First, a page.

Friday, August 19, 2016

AdWords Flips the Script on the Well-Known Ad Specs

“If it’s not broken, why fix it?” might be one of the worst phrases to say to anyone involved in the advertising industry. A more accurate phrase would be, “if you’re early you’re on time, if you’re on time you’re late, if you’re late you’re running”. Well, that’s what my high school softball coach used to tell me, but hey, it applies to advertising as well.

In this case, Google AdWords would be running several laps for being so late to the game.

Anyone familiar with the traditional 25-35-35 character rule for AdWords has probably already taken note of this recent change. If you’re also late to the game, here’s the 4-1-1: Google has traded in its 15 year old design for a new and improved model. This new model lets advertisers have two headlines of 30 characters each followed by one description line of 80 characters.

This facelift allows for more prominent headlines, longer description line, and a relevant display URL that is automatically extracted from the final URL of the ad.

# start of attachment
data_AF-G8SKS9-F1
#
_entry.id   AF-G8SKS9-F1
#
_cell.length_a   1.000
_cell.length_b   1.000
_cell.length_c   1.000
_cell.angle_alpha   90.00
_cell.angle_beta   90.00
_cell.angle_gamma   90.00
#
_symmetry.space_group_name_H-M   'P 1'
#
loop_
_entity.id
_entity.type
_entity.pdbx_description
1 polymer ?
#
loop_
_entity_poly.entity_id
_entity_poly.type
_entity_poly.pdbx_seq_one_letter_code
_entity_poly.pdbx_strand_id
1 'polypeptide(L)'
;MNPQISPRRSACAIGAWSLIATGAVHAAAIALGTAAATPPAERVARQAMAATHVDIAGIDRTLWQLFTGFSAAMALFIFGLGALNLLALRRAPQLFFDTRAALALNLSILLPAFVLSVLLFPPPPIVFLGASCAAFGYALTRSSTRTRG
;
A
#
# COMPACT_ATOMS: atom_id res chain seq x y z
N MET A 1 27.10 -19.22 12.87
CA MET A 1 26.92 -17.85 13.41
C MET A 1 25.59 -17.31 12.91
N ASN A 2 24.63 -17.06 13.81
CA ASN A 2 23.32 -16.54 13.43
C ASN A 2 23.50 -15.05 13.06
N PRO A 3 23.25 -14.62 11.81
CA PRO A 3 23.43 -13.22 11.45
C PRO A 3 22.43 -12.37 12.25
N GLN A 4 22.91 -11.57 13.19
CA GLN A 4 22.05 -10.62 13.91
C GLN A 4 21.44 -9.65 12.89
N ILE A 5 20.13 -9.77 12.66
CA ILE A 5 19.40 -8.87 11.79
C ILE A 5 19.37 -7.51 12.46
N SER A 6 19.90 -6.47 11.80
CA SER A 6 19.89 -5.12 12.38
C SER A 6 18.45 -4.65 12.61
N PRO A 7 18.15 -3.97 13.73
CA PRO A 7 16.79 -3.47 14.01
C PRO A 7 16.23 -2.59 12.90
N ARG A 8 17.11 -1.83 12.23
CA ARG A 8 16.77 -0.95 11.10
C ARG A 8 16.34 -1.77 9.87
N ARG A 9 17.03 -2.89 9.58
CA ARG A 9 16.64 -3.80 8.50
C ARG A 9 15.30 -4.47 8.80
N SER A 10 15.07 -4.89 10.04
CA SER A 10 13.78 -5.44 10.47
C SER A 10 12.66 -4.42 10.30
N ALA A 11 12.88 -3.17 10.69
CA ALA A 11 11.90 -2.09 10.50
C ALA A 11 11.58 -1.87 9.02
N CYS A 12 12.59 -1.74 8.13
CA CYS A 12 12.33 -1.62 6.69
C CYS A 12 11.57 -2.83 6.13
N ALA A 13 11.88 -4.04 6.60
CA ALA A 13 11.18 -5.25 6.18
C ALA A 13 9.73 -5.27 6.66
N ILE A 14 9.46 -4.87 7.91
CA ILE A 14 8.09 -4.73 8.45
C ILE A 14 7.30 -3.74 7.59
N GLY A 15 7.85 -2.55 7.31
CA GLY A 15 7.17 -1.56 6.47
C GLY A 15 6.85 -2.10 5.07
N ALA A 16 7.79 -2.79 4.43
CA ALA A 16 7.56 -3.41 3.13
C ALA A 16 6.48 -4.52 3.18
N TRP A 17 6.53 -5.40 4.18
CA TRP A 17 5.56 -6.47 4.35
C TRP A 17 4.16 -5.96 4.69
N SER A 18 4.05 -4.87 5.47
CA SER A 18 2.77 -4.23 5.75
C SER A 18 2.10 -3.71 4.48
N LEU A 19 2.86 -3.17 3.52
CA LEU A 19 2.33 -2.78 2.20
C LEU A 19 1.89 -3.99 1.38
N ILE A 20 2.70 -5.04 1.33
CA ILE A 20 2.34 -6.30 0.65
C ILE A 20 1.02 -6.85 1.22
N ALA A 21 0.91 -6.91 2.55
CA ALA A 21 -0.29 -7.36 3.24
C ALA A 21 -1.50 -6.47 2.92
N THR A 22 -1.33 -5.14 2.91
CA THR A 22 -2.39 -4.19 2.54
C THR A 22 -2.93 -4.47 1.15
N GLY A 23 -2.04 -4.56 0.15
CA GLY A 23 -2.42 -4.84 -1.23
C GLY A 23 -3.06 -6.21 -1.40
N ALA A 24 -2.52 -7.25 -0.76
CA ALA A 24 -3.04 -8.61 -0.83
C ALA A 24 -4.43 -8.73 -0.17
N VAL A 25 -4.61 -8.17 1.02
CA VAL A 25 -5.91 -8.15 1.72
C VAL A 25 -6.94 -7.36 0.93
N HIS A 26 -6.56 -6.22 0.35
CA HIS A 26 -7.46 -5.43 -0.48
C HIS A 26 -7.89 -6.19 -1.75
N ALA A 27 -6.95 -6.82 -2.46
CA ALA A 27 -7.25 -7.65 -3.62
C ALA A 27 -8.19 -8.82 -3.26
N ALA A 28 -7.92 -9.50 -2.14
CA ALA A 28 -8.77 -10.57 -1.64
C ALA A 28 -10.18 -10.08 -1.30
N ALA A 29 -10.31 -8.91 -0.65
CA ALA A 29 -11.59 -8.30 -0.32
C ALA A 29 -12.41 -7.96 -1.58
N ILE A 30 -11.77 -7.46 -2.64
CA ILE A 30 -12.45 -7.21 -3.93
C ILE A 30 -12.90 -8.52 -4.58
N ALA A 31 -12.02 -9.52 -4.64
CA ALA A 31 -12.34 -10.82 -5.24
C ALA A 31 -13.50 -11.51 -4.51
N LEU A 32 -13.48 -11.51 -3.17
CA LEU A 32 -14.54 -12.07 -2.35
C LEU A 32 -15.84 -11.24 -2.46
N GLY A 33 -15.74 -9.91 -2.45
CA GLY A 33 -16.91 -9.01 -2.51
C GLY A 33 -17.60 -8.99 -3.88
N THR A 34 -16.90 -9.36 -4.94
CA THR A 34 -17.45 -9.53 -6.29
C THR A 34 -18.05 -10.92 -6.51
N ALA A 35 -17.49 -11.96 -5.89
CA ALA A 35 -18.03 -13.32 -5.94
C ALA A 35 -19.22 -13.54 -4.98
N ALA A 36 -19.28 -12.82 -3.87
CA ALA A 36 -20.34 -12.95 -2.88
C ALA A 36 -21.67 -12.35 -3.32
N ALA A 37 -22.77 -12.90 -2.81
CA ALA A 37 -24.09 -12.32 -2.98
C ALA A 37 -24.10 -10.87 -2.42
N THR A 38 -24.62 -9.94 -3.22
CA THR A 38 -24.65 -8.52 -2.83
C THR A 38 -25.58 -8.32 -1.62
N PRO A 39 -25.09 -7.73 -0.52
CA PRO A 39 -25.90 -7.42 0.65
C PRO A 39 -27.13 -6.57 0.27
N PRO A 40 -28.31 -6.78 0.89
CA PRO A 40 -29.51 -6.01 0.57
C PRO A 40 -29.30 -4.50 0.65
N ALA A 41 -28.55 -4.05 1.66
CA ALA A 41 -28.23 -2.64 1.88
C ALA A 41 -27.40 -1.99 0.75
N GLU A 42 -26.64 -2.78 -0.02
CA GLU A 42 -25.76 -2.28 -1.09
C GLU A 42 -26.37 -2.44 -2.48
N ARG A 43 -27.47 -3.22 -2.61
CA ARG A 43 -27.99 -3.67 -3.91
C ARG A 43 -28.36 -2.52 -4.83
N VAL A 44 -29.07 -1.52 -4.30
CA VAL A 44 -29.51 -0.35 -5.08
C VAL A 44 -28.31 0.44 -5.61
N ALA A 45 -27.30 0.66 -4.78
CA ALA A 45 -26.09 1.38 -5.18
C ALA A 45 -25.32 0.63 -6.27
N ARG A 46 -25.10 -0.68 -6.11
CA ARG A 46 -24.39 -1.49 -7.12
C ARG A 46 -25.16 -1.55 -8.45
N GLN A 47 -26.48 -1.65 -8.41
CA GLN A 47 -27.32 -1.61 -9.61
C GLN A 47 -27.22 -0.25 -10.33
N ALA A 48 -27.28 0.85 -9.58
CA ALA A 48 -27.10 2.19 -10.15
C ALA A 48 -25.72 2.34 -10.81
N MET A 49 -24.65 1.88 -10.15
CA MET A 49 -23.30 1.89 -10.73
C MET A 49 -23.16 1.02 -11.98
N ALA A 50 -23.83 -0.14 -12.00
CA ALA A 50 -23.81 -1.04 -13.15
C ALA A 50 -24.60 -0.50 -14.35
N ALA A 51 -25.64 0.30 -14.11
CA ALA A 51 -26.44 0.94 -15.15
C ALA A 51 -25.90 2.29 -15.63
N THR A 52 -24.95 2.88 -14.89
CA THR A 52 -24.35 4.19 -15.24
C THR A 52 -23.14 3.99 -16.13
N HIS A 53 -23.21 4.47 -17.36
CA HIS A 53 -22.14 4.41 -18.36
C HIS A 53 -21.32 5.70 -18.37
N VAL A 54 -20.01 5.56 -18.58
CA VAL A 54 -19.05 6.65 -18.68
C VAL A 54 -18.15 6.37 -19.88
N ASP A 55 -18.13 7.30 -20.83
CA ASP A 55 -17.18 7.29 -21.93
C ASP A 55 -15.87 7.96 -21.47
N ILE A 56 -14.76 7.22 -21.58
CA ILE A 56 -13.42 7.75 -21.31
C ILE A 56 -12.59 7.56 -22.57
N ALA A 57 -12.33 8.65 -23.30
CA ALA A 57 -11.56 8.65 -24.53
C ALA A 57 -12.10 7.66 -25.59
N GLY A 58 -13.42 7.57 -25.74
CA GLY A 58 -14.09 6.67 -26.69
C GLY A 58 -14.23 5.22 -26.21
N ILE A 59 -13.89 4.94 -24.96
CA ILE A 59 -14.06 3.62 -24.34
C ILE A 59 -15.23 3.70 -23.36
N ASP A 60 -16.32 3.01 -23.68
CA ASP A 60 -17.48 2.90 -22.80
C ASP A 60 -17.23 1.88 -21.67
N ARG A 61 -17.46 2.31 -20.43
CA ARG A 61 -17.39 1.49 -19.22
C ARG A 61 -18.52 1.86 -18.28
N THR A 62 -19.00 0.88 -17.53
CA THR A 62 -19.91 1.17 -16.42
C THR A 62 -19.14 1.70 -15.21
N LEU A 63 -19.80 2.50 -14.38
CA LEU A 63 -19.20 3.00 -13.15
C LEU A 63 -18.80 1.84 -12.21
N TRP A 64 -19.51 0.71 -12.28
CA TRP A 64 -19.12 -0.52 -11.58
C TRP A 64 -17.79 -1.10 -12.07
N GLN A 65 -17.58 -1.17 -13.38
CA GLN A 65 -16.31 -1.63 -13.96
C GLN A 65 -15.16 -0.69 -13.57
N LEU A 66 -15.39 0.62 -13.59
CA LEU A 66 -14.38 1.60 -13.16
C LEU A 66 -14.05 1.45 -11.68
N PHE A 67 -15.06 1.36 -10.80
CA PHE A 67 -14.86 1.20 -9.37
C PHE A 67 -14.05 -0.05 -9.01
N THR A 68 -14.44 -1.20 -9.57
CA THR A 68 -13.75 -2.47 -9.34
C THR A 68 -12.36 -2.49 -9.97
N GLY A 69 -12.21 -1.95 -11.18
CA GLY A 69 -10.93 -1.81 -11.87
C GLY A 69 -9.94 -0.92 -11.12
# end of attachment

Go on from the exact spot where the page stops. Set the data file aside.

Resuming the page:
So what do we do with all the added real estate? Google suggests that advertisers focus on the headline saying, “big blue headlines are more prominent than your description text” which drive clicks and increase performance. Google also suggests that the second headline be cohesive with the rest of the ad. Use this space to deliver a call to action that previously was placed in the description like, “Attend Today’s Event” or “Sign up Here”.

So, why the sudden change after fifteen years? Well, Google announced that through their tests, “some advertisers have reported increases in click-through rates of up to 20 percent”.

The change might be hard though… especially for folks like Kirk who suddenly feels like he’s on an island in the middle of the ocean with no outside contact, that’s rough Kirk, real rough.

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